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CNN NEWSROOM

Tornado Strikes: Oklahoma Farm Takes Direct Hit; China Earthquake Aftermath; Watching Out for Veterans: McCain Talks About His Plans; E-Drugs: Dangers Lurking Behind Internet Medicine

Aired May 26, 2008 - 14:00   ET

THIS IS A RUSH TRANSCRIPT. THIS COPY MAY NOT BE IN ITS FINAL FORM AND MAY BE UPDATED.


(COMMERCIAL BREAK)
BRIANNA KEILAR, CNN ANCHOR: A black cloud, a swirling tail, and another tornado takes shape in the southern plains. This hour, the aftermath of numerous twisters, the threat of more, and the helicopter pilot who wouldn't turn away from this one here.

T.J. HOLMES, CNN ANCHOR: And politics certainly never taking a holiday, not these days. Less than six months before the election, the candidates for president are united in their support of the troops. We'll see how their patriotism translates into policy.

Good afternoon to you all. I'm T.J. Holmes at the CNN world headquarters in Atlanta, Georgia.

KEILAR: And I'm Brianna Keilar.

You're in the CNN NEWSROOM.

Splintered trees, a few walls here and there, lumber and bricks everywhere. This is what Iowa's governor is seeing as he tours what's left of Parkersburg, a third of which is destroyed.

A tornado tore through Parkersburg and nearby New Hartford yesterday. It killed six people; it injured at least 70. Parkersburg mayor says it would have been worse if not for the sirens. And the governor has called on the National Guard to help.

(BEGIN VIDEO CLIP)

GOV. CHET CULVER, IOWA: In addition, we've been in touch with the White House this morning. We have requested an expedited emergency response that will be granted, which means we'll get federal assistance, at least in this community right away, so we can start the cleanup effort.

(END VIDEO CLIP)

KEILAR: Well, if you were anywhere near a television Saturday afternoon and you tuned into CNN, this is what you saw live, a tornado bearing down and tearing apart a hog farm in north-central Oklahoma. At least three barns were destroyed as this happened, but everybody who was there is OK.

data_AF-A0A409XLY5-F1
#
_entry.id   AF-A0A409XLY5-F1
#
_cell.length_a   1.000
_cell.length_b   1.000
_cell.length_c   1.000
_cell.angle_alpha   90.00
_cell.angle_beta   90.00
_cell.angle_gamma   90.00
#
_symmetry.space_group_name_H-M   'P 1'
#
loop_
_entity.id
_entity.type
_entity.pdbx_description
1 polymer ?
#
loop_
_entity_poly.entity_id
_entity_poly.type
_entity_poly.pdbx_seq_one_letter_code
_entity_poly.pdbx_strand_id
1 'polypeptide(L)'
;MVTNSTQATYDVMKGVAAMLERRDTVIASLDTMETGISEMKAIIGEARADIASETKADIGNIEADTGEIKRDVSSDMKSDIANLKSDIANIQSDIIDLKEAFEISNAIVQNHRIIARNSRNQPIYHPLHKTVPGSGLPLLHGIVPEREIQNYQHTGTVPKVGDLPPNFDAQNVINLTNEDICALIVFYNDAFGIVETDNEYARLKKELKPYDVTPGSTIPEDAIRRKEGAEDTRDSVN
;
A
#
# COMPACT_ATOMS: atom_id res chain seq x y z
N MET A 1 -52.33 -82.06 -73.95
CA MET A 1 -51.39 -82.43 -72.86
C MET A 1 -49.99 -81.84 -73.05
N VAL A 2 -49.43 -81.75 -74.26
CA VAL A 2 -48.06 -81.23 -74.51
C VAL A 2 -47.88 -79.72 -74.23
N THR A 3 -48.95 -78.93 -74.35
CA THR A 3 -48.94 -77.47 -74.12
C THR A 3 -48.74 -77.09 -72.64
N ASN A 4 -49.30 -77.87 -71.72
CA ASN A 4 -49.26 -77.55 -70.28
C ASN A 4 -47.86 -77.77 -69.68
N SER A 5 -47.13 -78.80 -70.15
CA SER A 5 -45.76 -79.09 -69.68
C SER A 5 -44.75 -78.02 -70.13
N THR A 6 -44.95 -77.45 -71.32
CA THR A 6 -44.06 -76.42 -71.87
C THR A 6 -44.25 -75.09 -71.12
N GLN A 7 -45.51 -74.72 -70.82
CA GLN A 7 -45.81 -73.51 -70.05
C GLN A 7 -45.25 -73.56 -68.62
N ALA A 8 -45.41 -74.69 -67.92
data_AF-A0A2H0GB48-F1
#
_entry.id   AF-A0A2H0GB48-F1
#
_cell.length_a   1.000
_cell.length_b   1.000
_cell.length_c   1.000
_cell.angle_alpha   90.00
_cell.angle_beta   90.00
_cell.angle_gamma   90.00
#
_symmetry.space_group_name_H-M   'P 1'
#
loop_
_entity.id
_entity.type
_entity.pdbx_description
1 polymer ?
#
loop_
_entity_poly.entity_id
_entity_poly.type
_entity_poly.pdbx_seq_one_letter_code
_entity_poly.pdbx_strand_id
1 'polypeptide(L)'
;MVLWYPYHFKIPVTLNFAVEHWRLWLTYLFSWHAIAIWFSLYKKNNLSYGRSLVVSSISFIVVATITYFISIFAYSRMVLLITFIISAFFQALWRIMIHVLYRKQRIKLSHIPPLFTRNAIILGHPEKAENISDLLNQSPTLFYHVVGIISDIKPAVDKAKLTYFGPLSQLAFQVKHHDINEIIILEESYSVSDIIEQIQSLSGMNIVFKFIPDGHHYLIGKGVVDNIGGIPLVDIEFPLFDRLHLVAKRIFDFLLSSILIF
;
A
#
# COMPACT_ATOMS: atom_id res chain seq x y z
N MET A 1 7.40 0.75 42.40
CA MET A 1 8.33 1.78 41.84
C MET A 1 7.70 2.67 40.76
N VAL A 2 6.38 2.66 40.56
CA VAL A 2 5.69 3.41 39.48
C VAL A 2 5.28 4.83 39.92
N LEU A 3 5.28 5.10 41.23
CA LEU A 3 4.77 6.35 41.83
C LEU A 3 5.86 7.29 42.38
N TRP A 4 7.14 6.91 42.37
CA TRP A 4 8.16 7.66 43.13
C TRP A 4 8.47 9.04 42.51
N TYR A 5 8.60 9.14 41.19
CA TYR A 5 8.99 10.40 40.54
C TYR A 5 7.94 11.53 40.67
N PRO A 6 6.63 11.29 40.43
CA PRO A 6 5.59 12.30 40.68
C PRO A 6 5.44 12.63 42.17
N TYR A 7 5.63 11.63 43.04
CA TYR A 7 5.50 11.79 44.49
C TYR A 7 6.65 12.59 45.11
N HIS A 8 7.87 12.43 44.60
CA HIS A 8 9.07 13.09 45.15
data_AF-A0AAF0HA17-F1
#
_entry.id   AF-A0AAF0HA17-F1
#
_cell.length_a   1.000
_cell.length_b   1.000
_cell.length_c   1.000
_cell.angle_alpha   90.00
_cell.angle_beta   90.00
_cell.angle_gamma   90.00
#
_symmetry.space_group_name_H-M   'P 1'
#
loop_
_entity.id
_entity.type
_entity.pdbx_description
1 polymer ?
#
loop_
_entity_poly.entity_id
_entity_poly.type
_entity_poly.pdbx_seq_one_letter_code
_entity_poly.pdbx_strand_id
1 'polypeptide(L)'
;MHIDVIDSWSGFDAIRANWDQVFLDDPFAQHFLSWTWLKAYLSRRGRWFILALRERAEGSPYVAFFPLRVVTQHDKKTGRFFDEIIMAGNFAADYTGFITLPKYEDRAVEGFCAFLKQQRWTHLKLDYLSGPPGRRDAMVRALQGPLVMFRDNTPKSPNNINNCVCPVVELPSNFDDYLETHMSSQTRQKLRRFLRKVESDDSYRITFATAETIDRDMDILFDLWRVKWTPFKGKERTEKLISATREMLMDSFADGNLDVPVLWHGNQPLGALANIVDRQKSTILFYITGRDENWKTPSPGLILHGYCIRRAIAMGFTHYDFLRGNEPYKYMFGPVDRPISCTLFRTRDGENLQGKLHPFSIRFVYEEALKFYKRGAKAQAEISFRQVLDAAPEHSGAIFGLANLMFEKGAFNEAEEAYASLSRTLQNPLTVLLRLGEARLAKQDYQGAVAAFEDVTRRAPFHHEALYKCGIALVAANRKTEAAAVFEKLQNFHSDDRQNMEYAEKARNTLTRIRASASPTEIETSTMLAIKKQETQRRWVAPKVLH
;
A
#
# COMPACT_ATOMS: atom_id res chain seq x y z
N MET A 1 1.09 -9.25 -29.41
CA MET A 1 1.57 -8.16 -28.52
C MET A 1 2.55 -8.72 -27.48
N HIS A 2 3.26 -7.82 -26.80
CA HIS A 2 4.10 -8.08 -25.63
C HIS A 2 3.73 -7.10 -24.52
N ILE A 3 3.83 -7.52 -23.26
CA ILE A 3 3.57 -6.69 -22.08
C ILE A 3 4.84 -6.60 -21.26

HOLMES: OK. Now, that's amazing enough for you to watch it on TV. This is the same tornado that was forming as we were watching.

Now, it's incredible to watch these pictures, but can you imagine being the person in that helicopter, the pilot who was right next to this thing getting these amazing pictures? That is KWTV chopper pilot Mason Dunn. And he talked with our Tony Harris after he landed.

(BEGIN VIDEOTAPE)

TONY HARRIS, CNN ANCHOR: Why, Mason -- maybe the obvious question -- look at -- the pictures are amazing, by the way. Why were you in the sky in the first place? I mean, were you in the sky to possibly catch and follow a tornado? Was that the assignment?

MASON DUNN, KWTV NEWS CHOPPER PILOT: Oh, yes. That's normal practice around here. We've been chasing storms, following tornadoes with the helicopter since like 1979, 1980.

HARRIS: Do you ever get nervous up there doing this kind of work?

DUNN: No. No, not really. You know, we have a job to do, and we know where to be and where not to be,. And you know, our focus is to, you know, film the tornadoes that you're seeing. And we can tell exactly which way they're moving, and I try to warn -- you know, advise the people ahead of it.

HARRIS: How far away were you from the particular funnel cloud that we're looking at now and the one that did so much damage to the pig farm?

DUNN: Basically those tornadoes, I was about two miles away from. You'll notice the helicopter turning a lot.

HARRIS: Yes.

DUNN: It starts kind of, you know, sucking you in, so to speak. And so you have to, you know, keep flying away from it, while you're trying to, you know, keep the picture on.

HARRIS: So it's actually -- you can actually at times feel it pulling you in?

DUNN: Oh, yes. That's common.

HARRIS: Whoa!

DUNN: You know, it's a common deal. They talk to me about it and tell me, you know, where I need to be and where not to be, and they send the best photographer with me. You know.

HARRIS: Well, here's what's interesting, Mason. Part of what you were doing is warning people to sort of stay away, but did you think that the view of the storm you were providing was actually drawing people to the event?

DUNN: What do you mean, like storm trackers out there? HARRIS: Yes. You're broadcasting the pictures, and I'm wondering, even as you're telling folks, you know, this is a serious storm, and you can see the damage it's doing, stay away, is there a part of you that wonders if you're drawing people to the event?

DUNN: Well, kind of.

HARRIS: Yes.

DUNN: But it's Memorial weekend, and we've chased storms before Memorial weekend. And there is just a ton of people out there driving around. The highways look like freight -- look like trains coming.

HARRIS: Really?

DUNN: You know, there's so many people out there. And I can't control that.

HARRIS: No, you certainly can't.

DUNN: You know?

HARRIS: Yes.

DUNN: So we try to tell them, you know, not to, but, you know, they want to go out there and see an historic event.

(END VIDEOTAPE)

HOLMES: That is just amazing. And Mason Dunn -- you recognize this video? Yes, this was him as well. That was a deer stuck on a frozen lake. This was happening last year.

Well, he was the pilot who flew low enough that the wind from the rotor could blow the deer back to shore. A lot of you all will remember this, but yes, that's Mason once again doing his thing, saving lives again, I guess, if you will, there, Mason Dunn.

(WEATHER REPORT)